Parfrey, Davis named to Order of Canada

Dr. Patrick Parfrey

Dr. Patrick Parfrey, University Research Professor and director of the Patient Research Centre with the Health Care Corporation of St. John's, has been named an officer of the Order of Canada, the country's highest lifetime achievement honour. Dr. Parfrey is an internationally renowned scientist and clinical epidemiologist. In addition, he has provided outstanding leadership to the sport of rugby, coaching teams at the local, provincial and national levels and serving as president of Rugby Canada.

Dr. Parfey's previous honours include the 2002 Medal for Research Excellence from the Kidney Foundation of Canada. Described by his peers as “phenomenally productive,” he has been investigating the causes, risk factors and treatment of kidney disease for more than two decades. His early research was in the area of renal transplantation and his discovery of the adverse effect of certain anti-rejection treatments on patients with hepatitis B who had received a transplant has had direct clinical implication.

He has also made important contributions in the area of genetic renal disease and his research into a rare condition known as Bardet-Biedl syndrome has led to the identification of new genes and an understanding of the role of kidney disease in this syndrome. Acknowledged as a leading world expert on the subject of cardiac disease in dialysis patients, Dr. Parfrey has been instrumental in focusing the attention of the research community on discovering ways to prevent it and, ultimately, improve patient outcomes.

Dr. Parfrey's recognition of the potential benefit of multidisciplinary research has given rise to important collaborative studies. His latest project, Canadian Prevention of Renal and Cardiovascular Endpoints (CANPREVENT), involves specialists from across the country who will identify and treat individuals with early state chronic kidney disease using multiple risk factor intervention.

He is also the principal co-investigator at Memorial of a five-year interdisciplinary multi-site study of the causes and impact of colorectal cancer. This study has received major funding over five years from the Canadian Institutes of Health Research.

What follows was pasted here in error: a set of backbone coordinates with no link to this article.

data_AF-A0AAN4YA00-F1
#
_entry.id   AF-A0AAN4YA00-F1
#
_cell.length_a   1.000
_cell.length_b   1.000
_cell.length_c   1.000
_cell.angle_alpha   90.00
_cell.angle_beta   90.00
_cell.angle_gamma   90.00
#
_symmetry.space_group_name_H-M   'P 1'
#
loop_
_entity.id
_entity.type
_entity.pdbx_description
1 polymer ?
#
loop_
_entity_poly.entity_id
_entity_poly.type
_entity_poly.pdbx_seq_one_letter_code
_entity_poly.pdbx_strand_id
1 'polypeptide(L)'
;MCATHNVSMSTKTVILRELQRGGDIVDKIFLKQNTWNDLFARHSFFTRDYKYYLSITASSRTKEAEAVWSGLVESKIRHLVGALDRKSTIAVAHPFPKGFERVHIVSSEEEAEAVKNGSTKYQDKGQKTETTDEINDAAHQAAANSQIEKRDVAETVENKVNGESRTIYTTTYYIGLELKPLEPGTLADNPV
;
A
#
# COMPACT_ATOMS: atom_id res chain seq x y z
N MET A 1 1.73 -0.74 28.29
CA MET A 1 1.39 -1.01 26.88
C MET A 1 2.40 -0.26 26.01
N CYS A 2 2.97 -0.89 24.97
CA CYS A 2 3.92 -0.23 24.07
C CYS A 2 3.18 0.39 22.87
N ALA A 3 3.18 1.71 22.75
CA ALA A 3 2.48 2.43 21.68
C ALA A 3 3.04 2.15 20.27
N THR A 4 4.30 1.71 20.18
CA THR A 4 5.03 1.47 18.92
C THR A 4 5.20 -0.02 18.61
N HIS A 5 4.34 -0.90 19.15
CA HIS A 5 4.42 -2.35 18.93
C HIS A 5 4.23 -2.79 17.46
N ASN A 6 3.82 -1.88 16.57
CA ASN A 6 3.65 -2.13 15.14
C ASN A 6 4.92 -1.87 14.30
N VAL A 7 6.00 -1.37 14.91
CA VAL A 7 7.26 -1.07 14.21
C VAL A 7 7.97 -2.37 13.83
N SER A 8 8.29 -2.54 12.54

In the health care delivery area, Dr. Parfrey has established partnerships with the Newfoundland and Labrador Department of Health and Community Services to evaluate restructuring in acute care hospitals, needs for long-term care beds, needs for coronary revascularization, and utilization of new drugs.

Dr. Parfrey has served as president of the Canadian Society of Nephrology, is on the editorial board of the Journal of American Society of Nephrology and Nephrology Dialysis Transplantion, and has authored about 200 papers and multiple book chapters. Dr. Parfrey earned his M.B. at University College, Cork. He joined the Faculty of Medicine at Memorial in 1984.

Sister Elizabeth Davis was also named an officer of the Order of Canada. She received a honorary degree from Memorial in 2002. From 1994 to 2000 she was president and CEO of the Health Care Corporation of St. John 's (HCCSJ), overseeing a major reorganization of the health care system in the province. During her time with HCCSJ, a number of services were integrated, and the corporation was a partner in creating the Newfoundland and Labrador Centre for Health Information and the Newfoundland and Labrador Centre for Applied Health Research. Prior to her service with the HCCSJ, Sister Elizabeth was executive director of St. Clare's Mercy Hospital and a high school teacher. She served as one of three Commissioners on the Royal Commission on Renewing and Strengthening Newfoundland and Labrador's Place in Canada. She holds a B.A. and B.Ed. from Memorial University of Newfoundland, an MA (Theology) from the University of Notre Dame and an M.H.Sc. (Administration) from the University of Toronto.